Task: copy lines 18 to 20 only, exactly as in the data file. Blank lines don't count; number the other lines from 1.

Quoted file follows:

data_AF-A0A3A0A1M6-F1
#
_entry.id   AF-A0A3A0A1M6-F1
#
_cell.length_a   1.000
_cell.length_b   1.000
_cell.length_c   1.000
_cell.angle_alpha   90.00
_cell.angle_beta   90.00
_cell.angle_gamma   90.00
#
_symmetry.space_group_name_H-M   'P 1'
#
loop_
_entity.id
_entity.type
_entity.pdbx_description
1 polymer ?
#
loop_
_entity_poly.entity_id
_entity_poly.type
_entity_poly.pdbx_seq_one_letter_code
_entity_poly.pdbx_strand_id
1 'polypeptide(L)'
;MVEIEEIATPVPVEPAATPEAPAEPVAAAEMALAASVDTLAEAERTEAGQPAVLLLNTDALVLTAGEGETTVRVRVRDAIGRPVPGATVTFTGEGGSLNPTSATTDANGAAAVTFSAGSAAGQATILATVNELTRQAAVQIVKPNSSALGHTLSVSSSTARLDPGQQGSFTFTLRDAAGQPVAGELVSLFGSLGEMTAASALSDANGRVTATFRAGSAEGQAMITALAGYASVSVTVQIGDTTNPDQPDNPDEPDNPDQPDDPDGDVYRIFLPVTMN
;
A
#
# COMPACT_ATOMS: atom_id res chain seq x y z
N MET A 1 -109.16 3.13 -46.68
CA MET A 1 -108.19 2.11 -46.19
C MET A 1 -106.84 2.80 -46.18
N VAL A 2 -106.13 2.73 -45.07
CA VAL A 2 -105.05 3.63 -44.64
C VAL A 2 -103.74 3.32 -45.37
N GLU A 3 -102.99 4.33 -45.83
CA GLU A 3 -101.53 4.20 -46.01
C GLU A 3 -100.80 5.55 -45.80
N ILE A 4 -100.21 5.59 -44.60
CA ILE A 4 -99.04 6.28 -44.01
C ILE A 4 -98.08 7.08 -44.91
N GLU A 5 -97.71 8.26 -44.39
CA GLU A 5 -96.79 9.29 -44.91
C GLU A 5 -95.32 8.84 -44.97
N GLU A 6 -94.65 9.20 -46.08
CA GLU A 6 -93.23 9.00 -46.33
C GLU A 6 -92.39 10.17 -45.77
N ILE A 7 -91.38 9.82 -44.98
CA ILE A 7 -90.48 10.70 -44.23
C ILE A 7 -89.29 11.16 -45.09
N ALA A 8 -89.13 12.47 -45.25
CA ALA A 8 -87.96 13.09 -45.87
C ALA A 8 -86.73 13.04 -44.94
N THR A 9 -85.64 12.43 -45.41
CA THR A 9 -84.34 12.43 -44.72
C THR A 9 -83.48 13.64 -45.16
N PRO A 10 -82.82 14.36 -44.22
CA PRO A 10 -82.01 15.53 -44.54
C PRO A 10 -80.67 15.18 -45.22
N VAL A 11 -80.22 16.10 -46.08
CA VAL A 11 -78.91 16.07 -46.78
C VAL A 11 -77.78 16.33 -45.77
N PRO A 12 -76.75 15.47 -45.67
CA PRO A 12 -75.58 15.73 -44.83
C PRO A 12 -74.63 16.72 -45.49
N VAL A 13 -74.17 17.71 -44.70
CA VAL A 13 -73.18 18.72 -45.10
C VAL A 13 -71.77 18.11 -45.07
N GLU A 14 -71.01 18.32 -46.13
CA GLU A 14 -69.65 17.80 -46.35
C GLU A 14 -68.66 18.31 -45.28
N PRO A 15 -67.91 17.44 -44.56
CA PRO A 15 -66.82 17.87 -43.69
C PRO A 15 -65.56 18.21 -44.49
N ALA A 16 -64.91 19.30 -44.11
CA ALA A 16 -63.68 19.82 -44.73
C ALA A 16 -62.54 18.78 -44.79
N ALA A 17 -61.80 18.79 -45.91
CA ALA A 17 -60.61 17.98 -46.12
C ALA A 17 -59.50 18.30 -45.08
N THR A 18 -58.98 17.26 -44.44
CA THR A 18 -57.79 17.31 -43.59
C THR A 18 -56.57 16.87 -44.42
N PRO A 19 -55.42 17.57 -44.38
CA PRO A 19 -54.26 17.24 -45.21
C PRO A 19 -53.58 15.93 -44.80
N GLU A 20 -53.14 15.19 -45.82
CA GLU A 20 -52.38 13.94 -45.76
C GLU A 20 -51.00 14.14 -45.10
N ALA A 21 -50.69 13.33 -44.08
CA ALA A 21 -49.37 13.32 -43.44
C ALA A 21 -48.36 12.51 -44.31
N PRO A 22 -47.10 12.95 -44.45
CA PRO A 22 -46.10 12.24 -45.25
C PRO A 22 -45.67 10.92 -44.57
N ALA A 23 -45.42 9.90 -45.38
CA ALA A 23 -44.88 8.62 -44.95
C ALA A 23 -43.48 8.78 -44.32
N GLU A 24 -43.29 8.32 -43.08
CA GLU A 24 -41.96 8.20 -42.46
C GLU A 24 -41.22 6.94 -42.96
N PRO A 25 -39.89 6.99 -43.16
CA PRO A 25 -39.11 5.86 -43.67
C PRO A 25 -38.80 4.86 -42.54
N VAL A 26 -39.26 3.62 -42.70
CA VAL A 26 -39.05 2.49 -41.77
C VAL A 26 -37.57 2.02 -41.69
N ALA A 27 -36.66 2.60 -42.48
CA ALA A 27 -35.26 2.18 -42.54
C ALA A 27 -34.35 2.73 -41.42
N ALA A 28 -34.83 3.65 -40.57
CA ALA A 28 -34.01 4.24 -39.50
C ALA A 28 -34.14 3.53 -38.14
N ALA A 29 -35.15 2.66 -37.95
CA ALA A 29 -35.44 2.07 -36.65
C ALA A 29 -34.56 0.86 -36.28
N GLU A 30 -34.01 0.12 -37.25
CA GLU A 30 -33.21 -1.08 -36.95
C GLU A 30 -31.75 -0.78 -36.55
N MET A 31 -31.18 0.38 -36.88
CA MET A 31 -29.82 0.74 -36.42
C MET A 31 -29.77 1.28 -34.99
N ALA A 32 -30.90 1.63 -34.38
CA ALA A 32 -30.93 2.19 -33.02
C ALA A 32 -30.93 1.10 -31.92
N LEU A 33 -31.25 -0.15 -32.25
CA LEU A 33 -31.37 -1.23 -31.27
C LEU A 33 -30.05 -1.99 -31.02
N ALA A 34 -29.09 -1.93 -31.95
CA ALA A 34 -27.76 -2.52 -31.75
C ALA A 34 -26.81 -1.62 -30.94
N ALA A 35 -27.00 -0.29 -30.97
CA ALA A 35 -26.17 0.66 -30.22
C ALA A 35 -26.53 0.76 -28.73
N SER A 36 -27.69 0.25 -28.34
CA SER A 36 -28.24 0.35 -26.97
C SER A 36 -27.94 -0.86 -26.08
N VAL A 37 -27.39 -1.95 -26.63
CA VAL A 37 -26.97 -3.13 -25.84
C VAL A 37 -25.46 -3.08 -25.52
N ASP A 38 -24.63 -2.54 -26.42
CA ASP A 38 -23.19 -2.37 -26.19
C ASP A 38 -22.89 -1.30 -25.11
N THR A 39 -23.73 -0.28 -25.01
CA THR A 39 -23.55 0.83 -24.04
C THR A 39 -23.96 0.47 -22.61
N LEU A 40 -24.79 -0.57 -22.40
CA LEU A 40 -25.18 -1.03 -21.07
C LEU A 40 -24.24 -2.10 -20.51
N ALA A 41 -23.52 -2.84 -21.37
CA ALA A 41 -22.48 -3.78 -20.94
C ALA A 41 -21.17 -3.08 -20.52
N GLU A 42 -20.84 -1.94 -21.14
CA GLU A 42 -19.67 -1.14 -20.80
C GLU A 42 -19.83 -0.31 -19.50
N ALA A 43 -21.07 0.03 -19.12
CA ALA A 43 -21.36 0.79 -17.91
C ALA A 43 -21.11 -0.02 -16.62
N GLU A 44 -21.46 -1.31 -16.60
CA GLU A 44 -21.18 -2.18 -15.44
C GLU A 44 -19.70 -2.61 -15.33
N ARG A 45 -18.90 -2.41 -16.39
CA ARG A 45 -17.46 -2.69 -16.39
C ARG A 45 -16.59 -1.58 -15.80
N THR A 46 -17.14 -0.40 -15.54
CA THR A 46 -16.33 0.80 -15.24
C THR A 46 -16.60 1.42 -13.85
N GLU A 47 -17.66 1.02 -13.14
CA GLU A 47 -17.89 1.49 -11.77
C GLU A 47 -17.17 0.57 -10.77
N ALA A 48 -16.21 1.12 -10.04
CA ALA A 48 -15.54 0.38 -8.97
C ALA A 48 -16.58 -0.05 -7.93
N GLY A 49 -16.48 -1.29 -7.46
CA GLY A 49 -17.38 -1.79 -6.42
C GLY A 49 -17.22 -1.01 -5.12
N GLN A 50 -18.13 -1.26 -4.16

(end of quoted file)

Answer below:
1 polymer ?
#
loop_